The display on a netsounder shows the distance of the net from the bottom (or the surface), rather than the depth of water as with the echosounder's hull-mounted transducer. Fixed to the headline of the net, the footrope can usually be seen which gives an indication of the net performance. Any fish passing into the net can also be seen, allowing fine adjustments to be made to catch the most fish possible. Some versions have transducers mounted on the otter boards, transmitting horizontally across the face of the net and receiving an echo from the other otter board. This is particularly important in twin trawl gear which permits very fine control over the nets. Again, this arrangement gives a good indication of the performance of the net. In other fisheries, where the amount of fish in the net is important, tension transducers are mounted at various positions on the codend of the net. As the codend fills up these tension transducers are triggered one by one and this information is transmitted acoustically or by cable to monitors on the bridge of the vessel. The skipper can then decide when to haul the net.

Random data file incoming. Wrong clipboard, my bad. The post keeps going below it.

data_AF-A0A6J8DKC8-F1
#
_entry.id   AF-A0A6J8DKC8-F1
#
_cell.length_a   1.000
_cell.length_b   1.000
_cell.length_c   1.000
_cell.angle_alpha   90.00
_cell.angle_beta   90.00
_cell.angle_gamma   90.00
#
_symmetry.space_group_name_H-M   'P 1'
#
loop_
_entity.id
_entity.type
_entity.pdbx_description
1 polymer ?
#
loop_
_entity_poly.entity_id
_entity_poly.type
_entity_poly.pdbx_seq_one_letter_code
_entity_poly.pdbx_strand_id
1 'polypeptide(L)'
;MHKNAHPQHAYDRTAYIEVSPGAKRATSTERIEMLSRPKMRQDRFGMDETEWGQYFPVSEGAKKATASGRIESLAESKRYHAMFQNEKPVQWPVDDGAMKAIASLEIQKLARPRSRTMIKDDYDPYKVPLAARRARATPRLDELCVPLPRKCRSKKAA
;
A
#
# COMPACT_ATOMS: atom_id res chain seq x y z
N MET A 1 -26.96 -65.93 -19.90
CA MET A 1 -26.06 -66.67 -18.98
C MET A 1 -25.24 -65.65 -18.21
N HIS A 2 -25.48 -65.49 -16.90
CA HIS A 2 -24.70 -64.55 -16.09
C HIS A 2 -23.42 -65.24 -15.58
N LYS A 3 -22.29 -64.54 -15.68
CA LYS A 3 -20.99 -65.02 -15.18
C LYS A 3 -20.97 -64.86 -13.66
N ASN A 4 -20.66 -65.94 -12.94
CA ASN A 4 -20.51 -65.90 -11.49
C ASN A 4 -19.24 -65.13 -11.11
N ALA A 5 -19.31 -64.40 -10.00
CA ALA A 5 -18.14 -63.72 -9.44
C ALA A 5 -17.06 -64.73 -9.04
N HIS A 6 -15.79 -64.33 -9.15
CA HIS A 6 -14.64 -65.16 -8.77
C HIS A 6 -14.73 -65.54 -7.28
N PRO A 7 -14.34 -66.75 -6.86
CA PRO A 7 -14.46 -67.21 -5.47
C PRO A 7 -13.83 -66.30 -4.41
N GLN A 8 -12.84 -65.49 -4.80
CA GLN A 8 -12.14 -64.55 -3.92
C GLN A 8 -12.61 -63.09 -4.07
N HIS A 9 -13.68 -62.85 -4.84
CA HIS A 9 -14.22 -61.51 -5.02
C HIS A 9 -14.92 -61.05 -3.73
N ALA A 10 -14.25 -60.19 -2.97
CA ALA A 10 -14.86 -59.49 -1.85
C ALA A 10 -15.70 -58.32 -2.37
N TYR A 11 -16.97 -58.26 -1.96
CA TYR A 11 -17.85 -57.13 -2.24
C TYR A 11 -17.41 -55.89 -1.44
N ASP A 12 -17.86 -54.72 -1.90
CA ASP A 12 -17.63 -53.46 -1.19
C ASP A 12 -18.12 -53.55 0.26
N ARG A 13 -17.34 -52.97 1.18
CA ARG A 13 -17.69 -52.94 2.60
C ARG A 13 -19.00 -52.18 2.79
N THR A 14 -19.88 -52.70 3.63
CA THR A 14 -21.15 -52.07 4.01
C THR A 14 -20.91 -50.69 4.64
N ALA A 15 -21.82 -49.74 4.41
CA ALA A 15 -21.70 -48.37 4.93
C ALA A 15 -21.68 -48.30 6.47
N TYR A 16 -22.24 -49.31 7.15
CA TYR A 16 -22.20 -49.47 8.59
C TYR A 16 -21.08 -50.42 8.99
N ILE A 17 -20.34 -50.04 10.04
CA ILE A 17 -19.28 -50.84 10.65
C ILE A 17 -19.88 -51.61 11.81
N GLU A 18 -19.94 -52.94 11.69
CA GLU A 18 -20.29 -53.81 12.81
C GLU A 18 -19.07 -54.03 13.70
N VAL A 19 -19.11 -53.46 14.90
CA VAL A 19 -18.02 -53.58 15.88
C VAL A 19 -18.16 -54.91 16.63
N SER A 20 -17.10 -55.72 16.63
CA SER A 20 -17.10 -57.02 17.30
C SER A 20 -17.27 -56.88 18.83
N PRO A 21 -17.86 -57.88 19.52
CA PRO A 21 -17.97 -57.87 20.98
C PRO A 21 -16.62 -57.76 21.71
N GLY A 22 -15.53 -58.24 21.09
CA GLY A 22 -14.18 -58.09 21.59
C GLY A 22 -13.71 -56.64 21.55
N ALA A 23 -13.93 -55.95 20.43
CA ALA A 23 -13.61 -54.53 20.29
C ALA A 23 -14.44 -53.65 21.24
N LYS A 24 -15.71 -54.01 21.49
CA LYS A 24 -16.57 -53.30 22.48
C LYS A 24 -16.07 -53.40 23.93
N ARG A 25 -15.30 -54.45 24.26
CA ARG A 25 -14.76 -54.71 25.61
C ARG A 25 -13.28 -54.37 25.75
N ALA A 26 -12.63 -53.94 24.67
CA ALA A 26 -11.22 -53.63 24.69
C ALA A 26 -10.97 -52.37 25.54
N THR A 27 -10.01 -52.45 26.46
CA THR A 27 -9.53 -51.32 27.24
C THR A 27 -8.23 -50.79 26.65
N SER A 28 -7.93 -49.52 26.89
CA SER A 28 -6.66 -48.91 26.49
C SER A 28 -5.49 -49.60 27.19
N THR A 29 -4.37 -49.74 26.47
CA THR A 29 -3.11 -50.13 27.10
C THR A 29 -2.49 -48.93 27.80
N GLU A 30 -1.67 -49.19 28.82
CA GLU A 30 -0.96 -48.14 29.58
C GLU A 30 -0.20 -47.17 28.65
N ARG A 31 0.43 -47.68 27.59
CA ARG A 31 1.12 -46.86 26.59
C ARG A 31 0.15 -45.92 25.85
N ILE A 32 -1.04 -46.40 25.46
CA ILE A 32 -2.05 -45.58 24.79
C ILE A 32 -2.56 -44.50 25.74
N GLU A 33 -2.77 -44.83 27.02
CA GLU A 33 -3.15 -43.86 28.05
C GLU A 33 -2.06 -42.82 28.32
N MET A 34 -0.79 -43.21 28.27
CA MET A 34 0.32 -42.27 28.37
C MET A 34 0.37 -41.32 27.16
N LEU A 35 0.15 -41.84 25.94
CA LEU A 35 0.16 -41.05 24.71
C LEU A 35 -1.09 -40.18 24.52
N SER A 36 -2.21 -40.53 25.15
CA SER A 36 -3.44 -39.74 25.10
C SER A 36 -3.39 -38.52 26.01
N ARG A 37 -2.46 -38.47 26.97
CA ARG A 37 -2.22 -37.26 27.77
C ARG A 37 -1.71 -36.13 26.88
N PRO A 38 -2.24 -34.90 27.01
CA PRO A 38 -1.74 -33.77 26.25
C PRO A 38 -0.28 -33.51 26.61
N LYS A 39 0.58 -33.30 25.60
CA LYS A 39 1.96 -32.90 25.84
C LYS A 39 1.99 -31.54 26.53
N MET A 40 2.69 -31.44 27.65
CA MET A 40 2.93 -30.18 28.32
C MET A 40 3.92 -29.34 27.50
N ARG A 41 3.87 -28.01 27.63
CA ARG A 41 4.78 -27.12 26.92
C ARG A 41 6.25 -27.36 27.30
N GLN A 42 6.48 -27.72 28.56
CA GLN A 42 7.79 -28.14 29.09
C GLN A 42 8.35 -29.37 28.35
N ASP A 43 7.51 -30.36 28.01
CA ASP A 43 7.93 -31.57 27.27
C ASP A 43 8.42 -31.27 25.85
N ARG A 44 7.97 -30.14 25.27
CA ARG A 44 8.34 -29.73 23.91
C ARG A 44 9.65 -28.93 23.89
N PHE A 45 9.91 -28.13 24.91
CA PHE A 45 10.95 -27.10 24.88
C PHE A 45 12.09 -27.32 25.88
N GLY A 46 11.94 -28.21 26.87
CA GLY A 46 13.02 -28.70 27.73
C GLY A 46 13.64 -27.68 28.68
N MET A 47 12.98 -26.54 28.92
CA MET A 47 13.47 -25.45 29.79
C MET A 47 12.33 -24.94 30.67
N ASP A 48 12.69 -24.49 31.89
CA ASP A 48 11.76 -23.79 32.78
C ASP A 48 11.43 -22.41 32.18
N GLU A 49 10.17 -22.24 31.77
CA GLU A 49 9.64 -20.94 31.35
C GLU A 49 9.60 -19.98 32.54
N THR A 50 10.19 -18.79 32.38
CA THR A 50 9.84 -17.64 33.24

Modern versions of the netsounder, using multiple element transducers, function more like a sonar than an echosounder and show slices of the area in front of the net and not merely the vertical view that the initial netsounders used.